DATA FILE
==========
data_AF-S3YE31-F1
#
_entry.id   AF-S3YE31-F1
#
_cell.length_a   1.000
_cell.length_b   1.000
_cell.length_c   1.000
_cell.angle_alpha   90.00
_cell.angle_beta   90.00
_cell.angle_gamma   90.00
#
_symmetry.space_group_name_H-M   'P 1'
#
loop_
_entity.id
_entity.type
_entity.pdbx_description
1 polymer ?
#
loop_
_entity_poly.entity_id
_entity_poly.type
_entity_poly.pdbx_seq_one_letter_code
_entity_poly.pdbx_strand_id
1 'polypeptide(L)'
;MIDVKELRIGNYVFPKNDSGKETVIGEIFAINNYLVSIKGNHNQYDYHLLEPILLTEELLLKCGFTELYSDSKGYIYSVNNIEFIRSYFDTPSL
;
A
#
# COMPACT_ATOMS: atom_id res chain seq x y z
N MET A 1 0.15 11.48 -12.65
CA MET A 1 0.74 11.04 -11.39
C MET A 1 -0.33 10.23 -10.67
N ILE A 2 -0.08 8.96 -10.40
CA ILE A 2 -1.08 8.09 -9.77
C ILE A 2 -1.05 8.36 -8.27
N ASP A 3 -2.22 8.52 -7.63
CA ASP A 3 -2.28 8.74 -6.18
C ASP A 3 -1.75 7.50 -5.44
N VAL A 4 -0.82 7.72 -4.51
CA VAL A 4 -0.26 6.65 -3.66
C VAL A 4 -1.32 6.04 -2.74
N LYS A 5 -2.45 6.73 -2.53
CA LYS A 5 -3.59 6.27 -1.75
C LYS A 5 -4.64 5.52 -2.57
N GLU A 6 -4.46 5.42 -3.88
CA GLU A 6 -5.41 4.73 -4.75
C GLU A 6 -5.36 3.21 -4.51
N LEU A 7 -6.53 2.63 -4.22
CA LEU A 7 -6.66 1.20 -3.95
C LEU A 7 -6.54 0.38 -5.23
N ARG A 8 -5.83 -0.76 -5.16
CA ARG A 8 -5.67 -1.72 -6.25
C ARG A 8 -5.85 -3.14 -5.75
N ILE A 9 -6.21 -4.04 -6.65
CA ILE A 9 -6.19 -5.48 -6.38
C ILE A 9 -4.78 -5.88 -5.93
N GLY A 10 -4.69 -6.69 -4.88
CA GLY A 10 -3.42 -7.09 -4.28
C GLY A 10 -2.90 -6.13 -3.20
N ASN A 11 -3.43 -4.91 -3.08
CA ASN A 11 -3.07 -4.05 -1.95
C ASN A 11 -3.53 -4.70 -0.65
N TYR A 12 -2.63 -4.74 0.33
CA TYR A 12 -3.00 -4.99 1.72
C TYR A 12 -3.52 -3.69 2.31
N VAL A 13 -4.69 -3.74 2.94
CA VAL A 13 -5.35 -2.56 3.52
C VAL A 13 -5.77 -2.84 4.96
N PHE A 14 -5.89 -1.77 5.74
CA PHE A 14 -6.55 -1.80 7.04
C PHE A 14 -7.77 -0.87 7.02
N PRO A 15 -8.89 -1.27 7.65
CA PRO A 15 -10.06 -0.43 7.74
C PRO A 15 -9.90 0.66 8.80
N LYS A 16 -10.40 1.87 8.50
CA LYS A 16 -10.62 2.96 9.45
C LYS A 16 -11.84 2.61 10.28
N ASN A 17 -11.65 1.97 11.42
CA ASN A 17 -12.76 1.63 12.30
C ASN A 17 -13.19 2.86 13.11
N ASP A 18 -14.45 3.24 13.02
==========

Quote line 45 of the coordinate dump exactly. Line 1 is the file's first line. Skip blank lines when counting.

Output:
C LYS A 5 -4.64 5.52 -2.57